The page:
50 Marylebone High Street, London, England, W1U 5HN, United Kingdom

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Editor's note: in November 2013 Cotidie was sold to Corbin and King, who will open a restaurant on the site in 2014 called Fischer’s. The notes below should therefore be treated as of historical interest only. 

In July 2013 Bruno Barbieri returned to Italy. The head chef at Cotidie is now Marco Tozzi, previously head chef at one Michelin-starred Ristorante la Casa degli Spiriti. The menu is a little simpler now, with starters £12 to £18, pasta dishes from £16 to £20, main courses £24 to £30, and two differing length tasting menus at £60 and £75.

Nibbles of tapenade on thin toast, and melted cheese in a little brioche were pleasant (14/20). Bread, in particular strega and grissini, had very good texture (15/20). An amuse bouche of a little artichoke salad with raw langoustine and bottarga was decent, but for me the mullet roe distracted from the langoustine (13/20). Much better was a light Gorgonzola flan, which had excellent texture, served with deep-fried porcini and some nuts, which provided a useful textural contrast to the flan (16/20). Sardines were served in three ways, the best being a gratin, also grilled and pickled, with good pickled red onions (14/20).  Tagliolini with tuna had good pasta had well-made pasta, but the tuna was a bit overcooked, which the tomato, pine nut and capers could not disguise (13/20).

Red prawn tartare came with tortellini stuffed with liquid burrata cheese and clams, a pleasant combination (14/20). Dover sole with cauliflower, soya emulsion and candied lemon suffered from being too salty, even to my taste (13/20). Better was veal wrapped in speck, with foie gras mousse and sautéed cabbage, a quite rich but very enjoyable dish (15/20).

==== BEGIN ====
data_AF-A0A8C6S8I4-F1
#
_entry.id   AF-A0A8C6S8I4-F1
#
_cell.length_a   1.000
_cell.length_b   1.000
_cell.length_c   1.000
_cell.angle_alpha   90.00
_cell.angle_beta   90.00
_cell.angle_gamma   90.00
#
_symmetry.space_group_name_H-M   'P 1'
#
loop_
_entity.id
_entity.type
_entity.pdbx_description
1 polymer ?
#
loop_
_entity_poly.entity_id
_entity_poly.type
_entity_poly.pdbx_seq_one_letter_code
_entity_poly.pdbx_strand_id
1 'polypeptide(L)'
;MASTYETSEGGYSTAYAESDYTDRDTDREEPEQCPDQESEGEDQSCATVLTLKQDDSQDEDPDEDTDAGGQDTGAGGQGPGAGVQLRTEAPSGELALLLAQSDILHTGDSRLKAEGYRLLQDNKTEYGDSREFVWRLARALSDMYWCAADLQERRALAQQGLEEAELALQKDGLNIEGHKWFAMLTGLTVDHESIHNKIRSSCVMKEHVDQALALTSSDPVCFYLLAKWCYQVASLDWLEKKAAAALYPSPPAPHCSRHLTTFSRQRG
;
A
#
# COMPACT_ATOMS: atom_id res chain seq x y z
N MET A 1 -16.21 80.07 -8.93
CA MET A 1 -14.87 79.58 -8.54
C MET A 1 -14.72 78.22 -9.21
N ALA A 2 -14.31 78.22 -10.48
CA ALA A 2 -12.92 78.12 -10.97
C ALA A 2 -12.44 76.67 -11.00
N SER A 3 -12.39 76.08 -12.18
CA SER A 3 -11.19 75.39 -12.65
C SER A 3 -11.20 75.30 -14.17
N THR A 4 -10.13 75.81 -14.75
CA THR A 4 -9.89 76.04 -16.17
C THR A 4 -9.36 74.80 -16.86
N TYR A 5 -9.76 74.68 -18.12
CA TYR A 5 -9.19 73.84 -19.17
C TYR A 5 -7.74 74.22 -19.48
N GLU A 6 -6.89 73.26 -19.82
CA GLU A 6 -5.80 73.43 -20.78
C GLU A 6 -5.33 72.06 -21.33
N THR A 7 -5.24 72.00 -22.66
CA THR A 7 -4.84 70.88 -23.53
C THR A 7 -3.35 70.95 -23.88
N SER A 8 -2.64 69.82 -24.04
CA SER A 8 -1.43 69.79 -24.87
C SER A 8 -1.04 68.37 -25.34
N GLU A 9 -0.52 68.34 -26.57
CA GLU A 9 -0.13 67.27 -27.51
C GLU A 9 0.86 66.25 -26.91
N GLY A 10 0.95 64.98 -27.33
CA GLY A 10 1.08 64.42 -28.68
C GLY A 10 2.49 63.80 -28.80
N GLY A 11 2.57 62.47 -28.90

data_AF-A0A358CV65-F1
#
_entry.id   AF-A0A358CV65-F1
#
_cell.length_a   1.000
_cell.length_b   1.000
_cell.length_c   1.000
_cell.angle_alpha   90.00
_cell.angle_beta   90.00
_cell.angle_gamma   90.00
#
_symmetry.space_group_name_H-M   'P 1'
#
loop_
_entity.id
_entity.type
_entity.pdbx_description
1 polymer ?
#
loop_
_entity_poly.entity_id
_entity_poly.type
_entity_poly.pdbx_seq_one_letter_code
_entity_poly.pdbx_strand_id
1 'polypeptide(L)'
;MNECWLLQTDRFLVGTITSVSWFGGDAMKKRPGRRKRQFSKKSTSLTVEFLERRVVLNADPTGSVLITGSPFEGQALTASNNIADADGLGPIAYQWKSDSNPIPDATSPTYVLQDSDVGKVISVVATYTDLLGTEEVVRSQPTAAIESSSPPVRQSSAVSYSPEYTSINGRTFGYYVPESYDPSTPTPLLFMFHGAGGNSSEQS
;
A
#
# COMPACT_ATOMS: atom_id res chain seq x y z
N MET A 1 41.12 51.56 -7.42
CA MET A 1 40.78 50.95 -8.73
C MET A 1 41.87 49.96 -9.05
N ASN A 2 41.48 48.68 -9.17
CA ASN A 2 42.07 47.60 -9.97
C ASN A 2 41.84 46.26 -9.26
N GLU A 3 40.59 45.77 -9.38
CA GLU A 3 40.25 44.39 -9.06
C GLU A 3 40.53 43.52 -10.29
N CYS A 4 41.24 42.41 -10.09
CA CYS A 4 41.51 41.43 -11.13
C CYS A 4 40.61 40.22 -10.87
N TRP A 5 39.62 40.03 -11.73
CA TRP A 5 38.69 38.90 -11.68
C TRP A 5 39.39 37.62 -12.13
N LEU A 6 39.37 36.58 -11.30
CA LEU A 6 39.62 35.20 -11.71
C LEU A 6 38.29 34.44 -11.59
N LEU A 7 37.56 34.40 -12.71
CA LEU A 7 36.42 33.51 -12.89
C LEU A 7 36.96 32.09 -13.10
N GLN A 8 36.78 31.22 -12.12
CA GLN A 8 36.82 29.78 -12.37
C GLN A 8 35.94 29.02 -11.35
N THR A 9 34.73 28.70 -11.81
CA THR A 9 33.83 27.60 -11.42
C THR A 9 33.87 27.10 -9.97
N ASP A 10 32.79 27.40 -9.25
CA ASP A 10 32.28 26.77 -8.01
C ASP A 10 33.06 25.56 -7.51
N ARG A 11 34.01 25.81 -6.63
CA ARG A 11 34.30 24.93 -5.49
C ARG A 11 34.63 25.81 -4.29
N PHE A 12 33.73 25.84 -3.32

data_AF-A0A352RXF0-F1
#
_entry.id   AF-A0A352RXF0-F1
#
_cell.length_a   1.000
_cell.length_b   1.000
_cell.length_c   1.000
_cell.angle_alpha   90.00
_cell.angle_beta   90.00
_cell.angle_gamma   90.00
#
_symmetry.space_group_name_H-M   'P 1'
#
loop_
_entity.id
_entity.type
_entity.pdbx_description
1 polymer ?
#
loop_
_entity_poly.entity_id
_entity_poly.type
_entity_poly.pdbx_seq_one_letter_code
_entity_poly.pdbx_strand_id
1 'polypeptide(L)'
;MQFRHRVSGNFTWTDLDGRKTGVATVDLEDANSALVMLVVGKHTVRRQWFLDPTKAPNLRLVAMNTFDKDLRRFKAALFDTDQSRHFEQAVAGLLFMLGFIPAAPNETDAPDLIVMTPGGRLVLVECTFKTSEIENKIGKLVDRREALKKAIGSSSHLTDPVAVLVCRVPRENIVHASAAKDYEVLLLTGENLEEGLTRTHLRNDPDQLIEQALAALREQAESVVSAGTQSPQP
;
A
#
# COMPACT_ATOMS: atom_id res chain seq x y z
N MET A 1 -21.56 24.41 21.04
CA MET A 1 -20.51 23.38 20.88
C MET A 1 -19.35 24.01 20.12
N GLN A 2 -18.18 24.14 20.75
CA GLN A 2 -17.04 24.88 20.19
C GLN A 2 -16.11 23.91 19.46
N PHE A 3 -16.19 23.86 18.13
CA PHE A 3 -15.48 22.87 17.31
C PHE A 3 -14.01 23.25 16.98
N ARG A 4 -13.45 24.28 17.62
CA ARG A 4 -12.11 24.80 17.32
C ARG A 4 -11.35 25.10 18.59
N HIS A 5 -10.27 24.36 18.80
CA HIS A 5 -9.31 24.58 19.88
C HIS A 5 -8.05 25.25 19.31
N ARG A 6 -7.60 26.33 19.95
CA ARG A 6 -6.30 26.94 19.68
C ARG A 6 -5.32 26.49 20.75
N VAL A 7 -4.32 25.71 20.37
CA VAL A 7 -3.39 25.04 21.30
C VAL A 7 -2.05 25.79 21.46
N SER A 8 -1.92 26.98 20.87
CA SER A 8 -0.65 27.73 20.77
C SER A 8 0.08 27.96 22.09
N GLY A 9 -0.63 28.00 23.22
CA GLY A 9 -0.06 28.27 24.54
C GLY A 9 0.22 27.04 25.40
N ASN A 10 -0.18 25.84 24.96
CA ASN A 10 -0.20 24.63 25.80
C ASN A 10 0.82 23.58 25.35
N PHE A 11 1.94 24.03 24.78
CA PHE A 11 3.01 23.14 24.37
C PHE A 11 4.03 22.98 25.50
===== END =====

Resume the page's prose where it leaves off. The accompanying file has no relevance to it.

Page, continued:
Service was excellent, with water and wine carefully topped up throughout the meal, our waiter friendly and helpful. The pace of the dishes was rather slow, but this was a busy Saturday service. The bill came to £119 a head, but that was with some very good wine. Mineral water was an excessive £4.50, good coffee £4. If you ordered a modest wine then a three-course meal with coffee and mineral water would come to around £85 a head. Overall, although I quite enjoyed the meal, I feel that the cooking has slipped a notch since the departure of the talented Bruno Barbieri, and the food is now not only quite ambitious but is also ambitiously priced.

Further reviews: 28th Aug 2012 | 01st Mar 2012

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